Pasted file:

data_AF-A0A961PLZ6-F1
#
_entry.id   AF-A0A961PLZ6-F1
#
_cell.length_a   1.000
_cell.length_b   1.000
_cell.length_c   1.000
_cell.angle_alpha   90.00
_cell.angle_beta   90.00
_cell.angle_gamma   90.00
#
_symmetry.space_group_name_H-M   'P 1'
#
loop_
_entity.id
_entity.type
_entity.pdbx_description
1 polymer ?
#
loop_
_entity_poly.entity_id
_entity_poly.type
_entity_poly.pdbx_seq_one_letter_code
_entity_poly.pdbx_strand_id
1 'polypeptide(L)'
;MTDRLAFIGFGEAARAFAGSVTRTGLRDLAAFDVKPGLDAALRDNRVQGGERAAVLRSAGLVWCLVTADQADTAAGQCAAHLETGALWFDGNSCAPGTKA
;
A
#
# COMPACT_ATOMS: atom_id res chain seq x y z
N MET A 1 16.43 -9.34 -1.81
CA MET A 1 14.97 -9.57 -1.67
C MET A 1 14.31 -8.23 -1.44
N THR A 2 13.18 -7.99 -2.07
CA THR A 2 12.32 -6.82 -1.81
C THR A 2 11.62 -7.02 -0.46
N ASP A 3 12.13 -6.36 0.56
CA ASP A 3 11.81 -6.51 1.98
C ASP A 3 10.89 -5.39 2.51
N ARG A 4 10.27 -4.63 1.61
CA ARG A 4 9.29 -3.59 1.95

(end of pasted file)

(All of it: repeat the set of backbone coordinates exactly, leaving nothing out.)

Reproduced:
data_AF-A0A961PLZ6-F1
#
_entry.id   AF-A0A961PLZ6-F1
#
_cell.length_a   1.000
_cell.length_b   1.000
_cell.length_c   1.000
_cell.angle_alpha   90.00
_cell.angle_beta   90.00
_cell.angle_gamma   90.00
#
_symmetry.space_group_name_H-M   'P 1'
#
loop_
_entity.id
_entity.type
_entity.pdbx_description
1 polymer ?
#
loop_
_entity_poly.entity_id
_entity_poly.type
_entity_poly.pdbx_seq_one_letter_code
_entity_poly.pdbx_strand_id
1 'polypeptide(L)'
;MTDRLAFIGFGEAARAFAGSVTRTGLRDLAAFDVKPGLDAALRDNRVQGGERAAVLRSAGLVWCLVTADQADTAAGQCAAHLETGALWFDGNSCAPGTKA
;
A
#
# COMPACT_ATOMS: atom_id res chain seq x y z
N MET A 1 16.43 -9.34 -1.81
CA MET A 1 14.97 -9.57 -1.67
C MET A 1 14.31 -8.23 -1.44
N THR A 2 13.18 -7.99 -2.07
CA THR A 2 12.32 -6.82 -1.81
C THR A 2 11.62 -7.02 -0.46
N ASP A 3 12.13 -6.36 0.56
CA ASP A 3 11.81 -6.51 1.98
C ASP A 3 10.89 -5.39 2.51
N ARG A 4 10.27 -4.63 1.61
CA ARG A 4 9.29 -3.59 1.95